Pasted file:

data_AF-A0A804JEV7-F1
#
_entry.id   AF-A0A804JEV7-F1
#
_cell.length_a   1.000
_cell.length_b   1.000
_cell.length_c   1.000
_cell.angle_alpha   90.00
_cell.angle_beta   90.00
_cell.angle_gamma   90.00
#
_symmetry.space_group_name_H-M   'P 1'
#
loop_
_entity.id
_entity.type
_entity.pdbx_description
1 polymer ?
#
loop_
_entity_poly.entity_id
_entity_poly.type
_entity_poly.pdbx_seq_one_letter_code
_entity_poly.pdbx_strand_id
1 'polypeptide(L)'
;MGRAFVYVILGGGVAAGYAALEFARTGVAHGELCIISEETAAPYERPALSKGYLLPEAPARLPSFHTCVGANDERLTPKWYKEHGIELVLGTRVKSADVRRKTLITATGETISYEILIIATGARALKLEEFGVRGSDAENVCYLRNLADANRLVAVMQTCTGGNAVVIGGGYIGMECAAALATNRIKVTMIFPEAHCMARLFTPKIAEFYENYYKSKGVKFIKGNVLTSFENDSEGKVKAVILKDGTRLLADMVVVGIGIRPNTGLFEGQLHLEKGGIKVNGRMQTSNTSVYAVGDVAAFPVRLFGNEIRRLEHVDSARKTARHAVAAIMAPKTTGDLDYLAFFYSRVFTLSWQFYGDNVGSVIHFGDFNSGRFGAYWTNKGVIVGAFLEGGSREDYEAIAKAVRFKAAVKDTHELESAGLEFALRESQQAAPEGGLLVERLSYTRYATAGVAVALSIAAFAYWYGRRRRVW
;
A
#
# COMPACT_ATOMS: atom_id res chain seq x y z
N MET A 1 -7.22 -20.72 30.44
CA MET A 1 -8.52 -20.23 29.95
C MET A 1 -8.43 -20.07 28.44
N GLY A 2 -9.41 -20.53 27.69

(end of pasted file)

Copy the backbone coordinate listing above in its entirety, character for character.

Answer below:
data_AF-A0A804JEV7-F1
#
_entry.id   AF-A0A804JEV7-F1
#
_cell.length_a   1.000
_cell.length_b   1.000
_cell.length_c   1.000
_cell.angle_alpha   90.00
_cell.angle_beta   90.00
_cell.angle_gamma   90.00
#
_symmetry.space_group_name_H-M   'P 1'
#
loop_
_entity.id
_entity.type
_entity.pdbx_description
1 polymer ?
#
loop_
_entity_poly.entity_id
_entity_poly.type
_entity_poly.pdbx_seq_one_letter_code
_entity_poly.pdbx_strand_id
1 'polypeptide(L)'
;MGRAFVYVILGGGVAAGYAALEFARTGVAHGELCIISEETAAPYERPALSKGYLLPEAPARLPSFHTCVGANDERLTPKWYKEHGIELVLGTRVKSADVRRKTLITATGETISYEILIIATGARALKLEEFGVRGSDAENVCYLRNLADANRLVAVMQTCTGGNAVVIGGGYIGMECAAALATNRIKVTMIFPEAHCMARLFTPKIAEFYENYYKSKGVKFIKGNVLTSFENDSEGKVKAVILKDGTRLLADMVVVGIGIRPNTGLFEGQLHLEKGGIKVNGRMQTSNTSVYAVGDVAAFPVRLFGNEIRRLEHVDSARKTARHAVAAIMAPKTTGDLDYLAFFYSRVFTLSWQFYGDNVGSVIHFGDFNSGRFGAYWTNKGVIVGAFLEGGSREDYEAIAKAVRFKAAVKDTHELESAGLEFALRESQQAAPEGGLLVERLSYTRYATAGVAVALSIAAFAYWYGRRRRVW
;
A
#
# COMPACT_ATOMS: atom_id res chain seq x y z
N MET A 1 -7.22 -20.72 30.44
CA MET A 1 -8.52 -20.23 29.95
C MET A 1 -8.43 -20.07 28.44
N GLY A 2 -9.41 -20.53 27.69